Productivity is important for all small businesses — but it doesn’t quite mean what most people think it does. Rather than just doing more, the puzzle of productivity is essentially how to increase the output per hour of all the pieces of your business.
Whether that’s people, places or assets, productivity is being able to produce more from the same amount of effort, or remove costs from your business while keeping quality and outputs high.
No sector has to grapple with this quite like Northern Ireland’s agri-businesses, with its unique exposure to global trends in commodity prices, ever-changing customer demand for different food products as well as the impacts of our weather!
The benefits are clear — a business that improves productivity will not only be able to improve their margins and profitability, but they can also build a more sustainable business that has a more resilient supply chain.
It can also free up resources to look at new markets or products that you could develop. And in the agri-sector, there are also real benefits for the environment from this approach — lower levels of inputs can improve water quality and other emissions.
So how can those in other sectors learn from the way agriculture tackles the productivity challenge? Well, first and foremost, a good control of costs is essential.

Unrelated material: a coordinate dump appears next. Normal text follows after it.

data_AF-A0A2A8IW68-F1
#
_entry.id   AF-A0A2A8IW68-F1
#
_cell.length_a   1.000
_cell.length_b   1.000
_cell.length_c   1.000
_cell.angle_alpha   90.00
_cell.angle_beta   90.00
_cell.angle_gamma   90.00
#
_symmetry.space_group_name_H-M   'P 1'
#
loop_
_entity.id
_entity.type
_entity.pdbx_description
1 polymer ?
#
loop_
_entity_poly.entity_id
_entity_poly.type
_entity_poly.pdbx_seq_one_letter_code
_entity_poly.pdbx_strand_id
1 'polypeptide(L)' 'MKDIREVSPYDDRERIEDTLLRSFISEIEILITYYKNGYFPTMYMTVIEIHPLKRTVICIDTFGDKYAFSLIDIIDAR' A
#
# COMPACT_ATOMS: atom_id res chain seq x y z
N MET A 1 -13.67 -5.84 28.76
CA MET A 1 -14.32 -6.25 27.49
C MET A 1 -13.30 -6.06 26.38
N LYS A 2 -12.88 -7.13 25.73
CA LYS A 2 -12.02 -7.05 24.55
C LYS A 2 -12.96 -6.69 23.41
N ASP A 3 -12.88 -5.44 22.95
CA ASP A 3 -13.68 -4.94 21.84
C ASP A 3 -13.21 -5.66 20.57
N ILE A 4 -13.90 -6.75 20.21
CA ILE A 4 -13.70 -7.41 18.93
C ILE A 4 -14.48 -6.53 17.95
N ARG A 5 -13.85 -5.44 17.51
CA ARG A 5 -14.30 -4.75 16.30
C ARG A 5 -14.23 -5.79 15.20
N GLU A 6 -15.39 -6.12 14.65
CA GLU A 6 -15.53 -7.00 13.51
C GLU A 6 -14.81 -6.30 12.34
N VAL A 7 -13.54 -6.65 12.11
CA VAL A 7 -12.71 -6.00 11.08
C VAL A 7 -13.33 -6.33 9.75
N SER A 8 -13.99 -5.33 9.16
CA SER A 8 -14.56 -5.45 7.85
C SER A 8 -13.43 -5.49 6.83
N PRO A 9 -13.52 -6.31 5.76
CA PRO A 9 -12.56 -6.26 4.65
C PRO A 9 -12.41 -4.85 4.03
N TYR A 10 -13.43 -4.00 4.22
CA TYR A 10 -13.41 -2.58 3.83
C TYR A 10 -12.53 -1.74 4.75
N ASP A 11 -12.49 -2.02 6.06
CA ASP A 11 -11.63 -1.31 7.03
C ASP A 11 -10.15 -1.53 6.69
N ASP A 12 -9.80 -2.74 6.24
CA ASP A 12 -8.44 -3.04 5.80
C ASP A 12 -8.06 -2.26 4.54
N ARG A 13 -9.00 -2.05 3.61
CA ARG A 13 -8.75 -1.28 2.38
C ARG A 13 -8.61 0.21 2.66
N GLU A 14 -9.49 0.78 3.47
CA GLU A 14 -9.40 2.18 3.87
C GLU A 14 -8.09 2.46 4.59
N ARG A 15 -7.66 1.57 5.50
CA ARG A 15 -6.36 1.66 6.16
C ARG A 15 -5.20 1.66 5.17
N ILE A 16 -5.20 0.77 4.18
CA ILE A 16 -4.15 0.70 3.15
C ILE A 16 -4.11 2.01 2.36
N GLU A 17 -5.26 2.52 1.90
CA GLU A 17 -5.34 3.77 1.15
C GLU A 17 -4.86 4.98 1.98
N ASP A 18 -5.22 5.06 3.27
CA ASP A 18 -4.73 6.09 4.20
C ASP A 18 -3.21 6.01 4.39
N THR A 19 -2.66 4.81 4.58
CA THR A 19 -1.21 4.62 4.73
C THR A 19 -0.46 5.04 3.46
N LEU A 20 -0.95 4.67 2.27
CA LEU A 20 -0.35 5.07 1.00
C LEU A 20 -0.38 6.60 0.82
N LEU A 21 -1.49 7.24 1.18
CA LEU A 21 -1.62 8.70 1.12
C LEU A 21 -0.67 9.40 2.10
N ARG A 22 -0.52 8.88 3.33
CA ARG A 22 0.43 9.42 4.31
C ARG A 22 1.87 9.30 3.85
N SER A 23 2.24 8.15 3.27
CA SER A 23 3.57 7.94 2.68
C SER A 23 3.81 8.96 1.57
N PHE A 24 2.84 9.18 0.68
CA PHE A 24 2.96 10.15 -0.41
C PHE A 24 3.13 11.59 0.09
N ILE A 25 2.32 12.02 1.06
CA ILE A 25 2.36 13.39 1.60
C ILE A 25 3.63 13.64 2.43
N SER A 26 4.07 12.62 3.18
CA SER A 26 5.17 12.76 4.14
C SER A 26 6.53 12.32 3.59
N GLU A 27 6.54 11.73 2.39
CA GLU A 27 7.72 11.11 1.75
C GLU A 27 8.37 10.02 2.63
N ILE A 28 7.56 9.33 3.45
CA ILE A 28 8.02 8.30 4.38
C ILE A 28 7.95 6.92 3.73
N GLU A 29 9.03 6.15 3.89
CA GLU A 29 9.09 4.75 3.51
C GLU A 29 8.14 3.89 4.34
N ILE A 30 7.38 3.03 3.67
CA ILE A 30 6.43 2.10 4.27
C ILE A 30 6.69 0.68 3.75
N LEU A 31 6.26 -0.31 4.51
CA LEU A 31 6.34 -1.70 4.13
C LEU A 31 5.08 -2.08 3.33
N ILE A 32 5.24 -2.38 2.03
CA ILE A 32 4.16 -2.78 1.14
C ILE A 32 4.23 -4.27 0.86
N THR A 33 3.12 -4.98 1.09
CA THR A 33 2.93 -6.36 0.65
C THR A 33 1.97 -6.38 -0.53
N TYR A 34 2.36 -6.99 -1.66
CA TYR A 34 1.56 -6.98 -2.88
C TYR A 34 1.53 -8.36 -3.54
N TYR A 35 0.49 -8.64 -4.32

You can change two things to improve productivity — either the amount or quality being produced, or the amount needed to produce it. And while the former might require some planning or research to achieve, controlling the latter should be your bread and butter.
As such, measurement is vital. Agri-business is very suited to this — after all, it’s easy to count sheep, or how many eggs you are producing, but in the services sector it’s important to try and put a value on your time, and the time of your staff, to make sure that it’s being spent wisely.
It’s also about considering investment carefully. One of the most important drivers of agri-productivity isn’t machinery or equipment — it’s the quality of the soil and grass that’s produced.
Yet this is sometimes overlooked. Big showpiece investments might impress staff or clients in the short-term, but smaller, marginal investments could have an outsized impact.
Northern Ireland does have a productivity problem — more people are in work than before, but the amount that they are producing for businesses is flat.
Solving this problem, particularly at an SME level, could help increase competitiveness that creates jobs and opportunities right across the board.